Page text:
ByAksel Satrom on Dec 16, 2022.
I recently found a typewriter. In my eyes it’s either a mechanical word processor, or a personal printing press. Its model is Royal brand, Quiet De Luxe. Besides being filthy, the only thing it needed was a ribbon change.
Typewriters force you to ignore your errors as you write, or start over. There is no delete key or eraser readily available. One can either leave an ugly retype over their mistake, or use correction tape to cover it up. Being so used to computers, I cringe at being unable to immediately fix my errors. I think that is a great non-feature of typewriting, it encourages a mentality that helps writing get done faster. I enjoy cranking out rough drafts on my typewriter, but when constructing a finished product it is tedium.
Yet honestly, why would one even consider using a typewriter when they have access to computers? It boils down to the fact that typewriters were engineered to write, and that is all they achieve, while computers can do anything. The general feeling most people hold is that we do not use our screen time capitally. Often in our free-time we do not use computers to achieve our goals, instead we are sucked into an endless addicting world of entertainment from online platforms. If I was to do something productive on a computer, in this case writing, I feel as if I would be more likely to do so when sitting in front of the monotasking typewriter, then the multitasking computer. As goes the saying “With great power comes great responsibility”, computers have great power, but we lack the responsibility not to be gamed by their networked services.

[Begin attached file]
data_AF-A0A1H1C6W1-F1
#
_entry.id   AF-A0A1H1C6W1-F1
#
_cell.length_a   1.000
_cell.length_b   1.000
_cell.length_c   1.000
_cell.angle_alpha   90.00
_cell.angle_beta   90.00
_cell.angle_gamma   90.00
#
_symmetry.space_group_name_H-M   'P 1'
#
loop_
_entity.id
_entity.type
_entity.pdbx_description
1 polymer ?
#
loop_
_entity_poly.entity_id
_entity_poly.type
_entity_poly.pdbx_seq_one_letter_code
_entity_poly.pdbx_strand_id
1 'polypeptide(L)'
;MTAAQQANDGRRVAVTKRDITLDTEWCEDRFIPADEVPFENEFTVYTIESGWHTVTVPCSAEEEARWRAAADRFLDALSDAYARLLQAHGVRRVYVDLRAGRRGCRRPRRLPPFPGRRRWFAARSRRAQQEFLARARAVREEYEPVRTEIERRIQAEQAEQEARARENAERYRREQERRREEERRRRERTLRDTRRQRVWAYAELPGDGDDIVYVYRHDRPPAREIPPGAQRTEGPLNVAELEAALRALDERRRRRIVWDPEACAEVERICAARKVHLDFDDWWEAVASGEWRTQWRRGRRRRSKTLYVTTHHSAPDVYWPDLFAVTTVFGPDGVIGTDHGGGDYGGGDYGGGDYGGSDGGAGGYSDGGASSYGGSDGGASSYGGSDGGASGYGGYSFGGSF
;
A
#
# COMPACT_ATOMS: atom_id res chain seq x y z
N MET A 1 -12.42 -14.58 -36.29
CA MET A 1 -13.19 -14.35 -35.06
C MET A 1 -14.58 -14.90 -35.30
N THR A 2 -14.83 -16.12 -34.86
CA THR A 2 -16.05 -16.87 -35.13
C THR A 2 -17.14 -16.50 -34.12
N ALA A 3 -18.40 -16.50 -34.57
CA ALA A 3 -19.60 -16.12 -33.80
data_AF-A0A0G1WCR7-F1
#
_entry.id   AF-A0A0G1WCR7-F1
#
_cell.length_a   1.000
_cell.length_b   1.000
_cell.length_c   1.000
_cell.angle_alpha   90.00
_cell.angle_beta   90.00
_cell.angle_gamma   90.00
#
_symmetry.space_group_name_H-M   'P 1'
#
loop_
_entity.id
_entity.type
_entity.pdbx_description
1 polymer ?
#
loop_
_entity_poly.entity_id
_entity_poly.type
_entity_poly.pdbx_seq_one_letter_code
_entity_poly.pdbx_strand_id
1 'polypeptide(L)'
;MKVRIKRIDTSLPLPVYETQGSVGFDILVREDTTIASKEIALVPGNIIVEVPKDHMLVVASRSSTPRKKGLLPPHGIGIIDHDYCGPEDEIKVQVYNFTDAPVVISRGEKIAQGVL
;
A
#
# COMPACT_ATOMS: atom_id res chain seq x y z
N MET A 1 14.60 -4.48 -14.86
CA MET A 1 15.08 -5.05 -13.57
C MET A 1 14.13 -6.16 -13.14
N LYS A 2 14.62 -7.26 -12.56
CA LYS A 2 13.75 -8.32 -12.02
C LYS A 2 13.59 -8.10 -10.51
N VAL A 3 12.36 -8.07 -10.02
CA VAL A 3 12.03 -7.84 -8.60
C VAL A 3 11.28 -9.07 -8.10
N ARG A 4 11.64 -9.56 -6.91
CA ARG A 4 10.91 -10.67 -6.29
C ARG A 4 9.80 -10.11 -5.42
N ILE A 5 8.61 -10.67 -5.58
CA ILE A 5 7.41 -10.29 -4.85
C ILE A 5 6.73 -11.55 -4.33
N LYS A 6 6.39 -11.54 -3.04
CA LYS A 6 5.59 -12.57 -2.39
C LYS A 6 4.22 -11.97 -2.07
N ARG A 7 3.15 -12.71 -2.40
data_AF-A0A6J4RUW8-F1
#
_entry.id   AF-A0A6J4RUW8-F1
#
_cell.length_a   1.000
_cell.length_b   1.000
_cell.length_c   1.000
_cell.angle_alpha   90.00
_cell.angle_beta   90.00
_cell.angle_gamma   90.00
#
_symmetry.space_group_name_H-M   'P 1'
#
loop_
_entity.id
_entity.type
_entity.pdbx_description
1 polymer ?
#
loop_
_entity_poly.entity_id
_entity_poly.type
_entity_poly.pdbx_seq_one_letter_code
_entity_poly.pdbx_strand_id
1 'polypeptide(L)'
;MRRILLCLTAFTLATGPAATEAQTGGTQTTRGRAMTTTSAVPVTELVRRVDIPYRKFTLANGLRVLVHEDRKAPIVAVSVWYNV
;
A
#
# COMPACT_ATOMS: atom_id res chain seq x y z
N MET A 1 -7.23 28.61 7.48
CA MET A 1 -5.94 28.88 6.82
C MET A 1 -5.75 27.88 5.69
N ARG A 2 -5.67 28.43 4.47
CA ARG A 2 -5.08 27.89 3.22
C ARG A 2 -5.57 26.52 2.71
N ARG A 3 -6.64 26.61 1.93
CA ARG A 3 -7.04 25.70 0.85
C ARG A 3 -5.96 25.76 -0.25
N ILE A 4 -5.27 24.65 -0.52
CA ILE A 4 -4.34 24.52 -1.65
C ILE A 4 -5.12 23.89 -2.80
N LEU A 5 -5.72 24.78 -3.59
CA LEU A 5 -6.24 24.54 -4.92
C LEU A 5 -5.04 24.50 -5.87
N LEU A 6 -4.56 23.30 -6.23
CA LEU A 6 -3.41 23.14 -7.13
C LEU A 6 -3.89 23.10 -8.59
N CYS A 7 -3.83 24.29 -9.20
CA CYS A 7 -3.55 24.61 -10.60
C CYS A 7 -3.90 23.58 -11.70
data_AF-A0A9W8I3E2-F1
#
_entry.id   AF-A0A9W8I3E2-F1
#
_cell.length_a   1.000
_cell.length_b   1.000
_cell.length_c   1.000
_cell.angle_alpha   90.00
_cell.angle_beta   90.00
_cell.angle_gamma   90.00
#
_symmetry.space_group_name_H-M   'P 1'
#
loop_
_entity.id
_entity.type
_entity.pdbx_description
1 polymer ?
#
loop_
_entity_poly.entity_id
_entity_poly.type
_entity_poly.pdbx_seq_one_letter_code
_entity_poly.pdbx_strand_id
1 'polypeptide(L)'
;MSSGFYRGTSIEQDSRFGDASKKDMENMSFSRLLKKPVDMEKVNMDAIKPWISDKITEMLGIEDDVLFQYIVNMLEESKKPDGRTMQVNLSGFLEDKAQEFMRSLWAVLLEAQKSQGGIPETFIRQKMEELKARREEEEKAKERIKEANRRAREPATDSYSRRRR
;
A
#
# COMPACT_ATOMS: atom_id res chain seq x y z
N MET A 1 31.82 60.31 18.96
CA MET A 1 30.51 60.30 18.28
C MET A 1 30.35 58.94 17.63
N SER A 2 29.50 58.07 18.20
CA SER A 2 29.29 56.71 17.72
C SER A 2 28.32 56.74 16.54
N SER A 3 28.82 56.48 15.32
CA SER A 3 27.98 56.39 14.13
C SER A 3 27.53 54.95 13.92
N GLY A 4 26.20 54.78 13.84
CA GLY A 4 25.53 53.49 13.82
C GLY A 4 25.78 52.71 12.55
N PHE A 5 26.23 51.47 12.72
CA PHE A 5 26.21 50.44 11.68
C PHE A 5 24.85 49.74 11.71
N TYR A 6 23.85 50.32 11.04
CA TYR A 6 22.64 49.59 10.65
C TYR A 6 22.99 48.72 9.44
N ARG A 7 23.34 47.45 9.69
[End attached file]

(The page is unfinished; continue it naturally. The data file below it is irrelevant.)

In truth, I am not against computers if they are used to meet our goals. Like a normal American I often overuse my computer every day. Lately, I have been researching man’s relationship with technology, and in general am trying to lessen my computer use. For these reasons, It has lead me to think of ways I can use typewriters and computers “in harmony”. My plan is to use typewriters to get my rough thoughts down on paper, then rewrite them digitally as to take advantage of computer’s sharing and editing capabilities.
As a final note, it is easy to fall into sensationalism over various tools or workflows. What really matters is that we are able to meet our goals. I believe our work produced is more important then whatever tool we used to make it. So in the end, the typewriter is simply a useful writing tool.
The Typewriter Revolution A Typist’s companion for the 21st Century by Richard Polt
"Why the Office Needs a Typewriter Revolution" on Low Tech Magazine